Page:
| Districts | Streets | Maps

Stoke-on-Trent Districts: Bentilee


next: housing development in Stoke-on-Trent
previous: introduction and building of Bentilee


Bentilee, Ubberley, Townsend

Bentilee and the area before 1851

Before development as a housing estate in the early 1950's, the area known as 'Brook Houses', 'Ubbeley' and 'Bentteley' was largely undeveloped, being coal mines and farm land.  

The name Bentilee is said to derive from Old English - meaning open land growing with rushes and coarse grass.

Bucknall was the most developed area - it was recorded in the 1087 Domesday Book as 'Land of the King' -

In BUCKNALL [BVCHENOLE]  the third part of a hide.
Ketel held it. Land for 3 ploughs.

Hide was a measurement of land for tax assessment. Approximately 120 acres, depending on local variations in the acre.
Plough the word implies a plough team with its eight oxen and the plough itself.

In 1223 Henry of Audley built and endowed the nearby Abbey of Hulton. He gave them some land in Bucknall, Normacot, Carmount... more on Hulton Abbey


White's History, Gazetteer and Directory of Staffordshire - 1851 .........

"BOTTESLOW is a small liberty, in Stoke-upon-Trent parish, about 2 miles S.E. of Hanley; including only 80 souls, and 593 acres of land. It has a number of scattered farm-houses, &c., and three collieries.

The principal occupants are -

Wm. Taylor Copeland, Esq., coal owner;
Hawley and Carey, Bentilee Colliery;
Geo. Knox, mining agent, &c., Botteslow Cottage;
Thos. Smith, Brookhouse Colliery, house, Cheadle ;

and the following FARMERS -

Thomas Badkin, Wm. Bowers, Wm. Brunt, Chas. Deville, Geo. Latham, Bichd. Bobinson, Pool Dole; and Joshua Parlby, farm bailiff to "W. T. Copeland, Esq., Berry Hill. Messrs. Meigh and Sons have flint mill here."


"BUCKNALL-CUM-BAGNALL, with the EAVES and UBBERLEY, form a district rectory, ....., though they maintain their poor jointly with the rest of the parish of Stoke-upon-Trent. They comprise about 4200 acres of land, extending from 1 to 4 miles E. and N.E. of Hanley, bounded by the Trent and the Cauldon canal.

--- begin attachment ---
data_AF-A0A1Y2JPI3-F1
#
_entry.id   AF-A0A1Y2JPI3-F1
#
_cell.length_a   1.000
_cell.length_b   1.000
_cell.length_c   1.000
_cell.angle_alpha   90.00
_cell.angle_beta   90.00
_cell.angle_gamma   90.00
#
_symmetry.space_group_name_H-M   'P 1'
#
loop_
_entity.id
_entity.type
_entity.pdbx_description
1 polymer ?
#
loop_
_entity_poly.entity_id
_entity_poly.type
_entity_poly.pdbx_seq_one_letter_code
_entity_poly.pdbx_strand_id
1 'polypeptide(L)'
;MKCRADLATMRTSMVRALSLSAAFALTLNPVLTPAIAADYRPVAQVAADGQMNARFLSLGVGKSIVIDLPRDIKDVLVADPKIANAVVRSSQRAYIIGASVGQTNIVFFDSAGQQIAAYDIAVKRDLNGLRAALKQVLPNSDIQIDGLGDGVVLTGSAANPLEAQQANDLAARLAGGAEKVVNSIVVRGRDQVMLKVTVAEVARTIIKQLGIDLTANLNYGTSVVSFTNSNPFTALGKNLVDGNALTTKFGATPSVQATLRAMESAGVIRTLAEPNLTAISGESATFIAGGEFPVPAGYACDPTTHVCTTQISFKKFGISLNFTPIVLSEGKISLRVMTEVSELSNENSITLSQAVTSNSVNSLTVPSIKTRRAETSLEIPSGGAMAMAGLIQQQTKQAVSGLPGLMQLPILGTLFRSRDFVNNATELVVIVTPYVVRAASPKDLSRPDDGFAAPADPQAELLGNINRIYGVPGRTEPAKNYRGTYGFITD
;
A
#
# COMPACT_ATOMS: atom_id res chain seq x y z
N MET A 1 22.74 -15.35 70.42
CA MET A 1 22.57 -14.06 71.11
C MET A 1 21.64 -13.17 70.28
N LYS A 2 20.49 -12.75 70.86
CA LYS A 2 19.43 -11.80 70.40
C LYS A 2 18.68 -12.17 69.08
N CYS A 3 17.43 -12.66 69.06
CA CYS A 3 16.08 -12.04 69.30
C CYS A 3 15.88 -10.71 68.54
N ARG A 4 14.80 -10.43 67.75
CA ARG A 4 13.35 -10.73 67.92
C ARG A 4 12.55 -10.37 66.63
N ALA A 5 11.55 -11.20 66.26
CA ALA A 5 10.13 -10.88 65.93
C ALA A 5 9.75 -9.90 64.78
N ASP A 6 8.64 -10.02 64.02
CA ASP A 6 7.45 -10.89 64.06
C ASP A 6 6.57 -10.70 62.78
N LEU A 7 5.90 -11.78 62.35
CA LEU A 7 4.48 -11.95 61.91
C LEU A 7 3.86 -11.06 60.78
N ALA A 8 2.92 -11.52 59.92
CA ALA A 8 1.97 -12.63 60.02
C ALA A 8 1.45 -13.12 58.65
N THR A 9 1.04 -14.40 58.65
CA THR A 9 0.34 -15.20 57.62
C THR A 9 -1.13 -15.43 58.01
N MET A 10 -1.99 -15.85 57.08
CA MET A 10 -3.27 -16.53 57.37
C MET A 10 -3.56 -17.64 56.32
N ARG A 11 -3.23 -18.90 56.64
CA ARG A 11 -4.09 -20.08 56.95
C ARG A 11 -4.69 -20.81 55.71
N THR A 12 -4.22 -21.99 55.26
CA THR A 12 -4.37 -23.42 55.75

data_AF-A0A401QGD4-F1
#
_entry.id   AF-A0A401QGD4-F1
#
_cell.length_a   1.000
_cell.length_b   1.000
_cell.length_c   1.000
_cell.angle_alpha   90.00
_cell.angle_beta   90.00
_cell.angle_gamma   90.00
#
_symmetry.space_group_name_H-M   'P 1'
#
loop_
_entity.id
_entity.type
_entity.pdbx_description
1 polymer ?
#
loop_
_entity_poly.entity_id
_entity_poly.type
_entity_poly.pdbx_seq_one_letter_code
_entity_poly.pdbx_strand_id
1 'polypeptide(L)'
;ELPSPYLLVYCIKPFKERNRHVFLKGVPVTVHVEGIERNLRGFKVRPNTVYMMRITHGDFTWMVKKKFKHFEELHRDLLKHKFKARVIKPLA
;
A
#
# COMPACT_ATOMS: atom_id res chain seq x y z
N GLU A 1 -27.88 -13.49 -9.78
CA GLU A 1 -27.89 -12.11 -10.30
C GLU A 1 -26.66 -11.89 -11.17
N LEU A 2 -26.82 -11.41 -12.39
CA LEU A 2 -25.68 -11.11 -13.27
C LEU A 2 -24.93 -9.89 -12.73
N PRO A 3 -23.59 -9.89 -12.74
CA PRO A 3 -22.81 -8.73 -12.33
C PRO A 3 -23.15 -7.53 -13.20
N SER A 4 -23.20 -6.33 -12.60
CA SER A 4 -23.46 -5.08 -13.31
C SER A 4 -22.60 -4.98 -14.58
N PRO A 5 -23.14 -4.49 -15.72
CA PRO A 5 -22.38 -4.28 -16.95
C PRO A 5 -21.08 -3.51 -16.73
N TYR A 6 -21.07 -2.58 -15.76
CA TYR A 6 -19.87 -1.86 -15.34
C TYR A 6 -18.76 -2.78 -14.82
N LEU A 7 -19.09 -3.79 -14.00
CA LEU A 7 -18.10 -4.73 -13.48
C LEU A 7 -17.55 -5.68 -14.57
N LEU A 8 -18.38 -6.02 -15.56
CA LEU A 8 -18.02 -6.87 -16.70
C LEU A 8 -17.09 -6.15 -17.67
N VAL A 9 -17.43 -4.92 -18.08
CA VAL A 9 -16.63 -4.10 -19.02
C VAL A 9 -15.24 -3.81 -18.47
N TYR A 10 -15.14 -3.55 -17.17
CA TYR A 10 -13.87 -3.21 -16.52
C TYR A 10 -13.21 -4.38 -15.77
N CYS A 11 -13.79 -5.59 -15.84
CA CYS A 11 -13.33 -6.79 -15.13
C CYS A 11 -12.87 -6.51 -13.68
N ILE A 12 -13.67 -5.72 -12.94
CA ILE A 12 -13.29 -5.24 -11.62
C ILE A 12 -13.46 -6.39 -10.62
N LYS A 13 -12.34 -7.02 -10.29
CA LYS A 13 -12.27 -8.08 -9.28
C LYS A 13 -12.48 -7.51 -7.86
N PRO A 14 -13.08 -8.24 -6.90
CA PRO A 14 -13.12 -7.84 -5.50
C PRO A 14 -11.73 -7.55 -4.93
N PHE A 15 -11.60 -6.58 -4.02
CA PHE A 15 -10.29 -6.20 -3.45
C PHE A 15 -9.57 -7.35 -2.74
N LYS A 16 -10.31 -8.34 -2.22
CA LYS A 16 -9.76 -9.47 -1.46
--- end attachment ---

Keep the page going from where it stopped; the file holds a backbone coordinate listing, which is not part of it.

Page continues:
In 1841, they had 1608 inhabitants, of whom 638 were in Bucknall village, 1 mile from Hanley; 374 in Bagnall; 382 in the Eaves, 3 miles E. of Hanley; and 214 in Ubberley.

Sir George Chetwynd, Ralph Sneyd, Esq., and Miss Sparrow own a great part of the soil. BUCKNALL CHURCH, on the hill 1 mile E. of Hanley, is a small edifice, which was rebuilt in 1718, and the living is a rectory, with Bagnall curacy annexed to it, valued at about 530 per annum, and in the patronage and incumbency of the Rev. Edward Powys, of Cheddleton. ..... Bucknall School was founded about 1719, when Wm. Shalcross, left 5 a year for schooling 12 poor children. The New Connexion Methodists have a chapel at Bucknall, built in 1824."

 Yates 1775 map of the Bentilee area
Yates 1775 map of the Bentilee area

This 1775 map shows a church (Mary Church) and a small collection of houses at Bucknall. Marked in yellow are Brook Houses, Ubbeley and Bentteley - there is only a couple of dwellings at these locations.

Small streams cross this area and are marked on the map - they come from the higher ground of Hanley Hay, Ash and Wood House and flow to the River Trent at the top left of the map.

The road which passes Brook Houses, Ubbeley and Bentteley is not the present day Dividy Road (it was not built until sometime after 1860) - it is the present day Ubberley Road.

There was an "ancient stone mansion" called Ubbeley Hall which was owned (in the 1840's) by the Rev. W. Clarke; it was "once a gentleman's seat".

next: housing development in Stoke-on-Trent
previous: introduction and building of Bentilee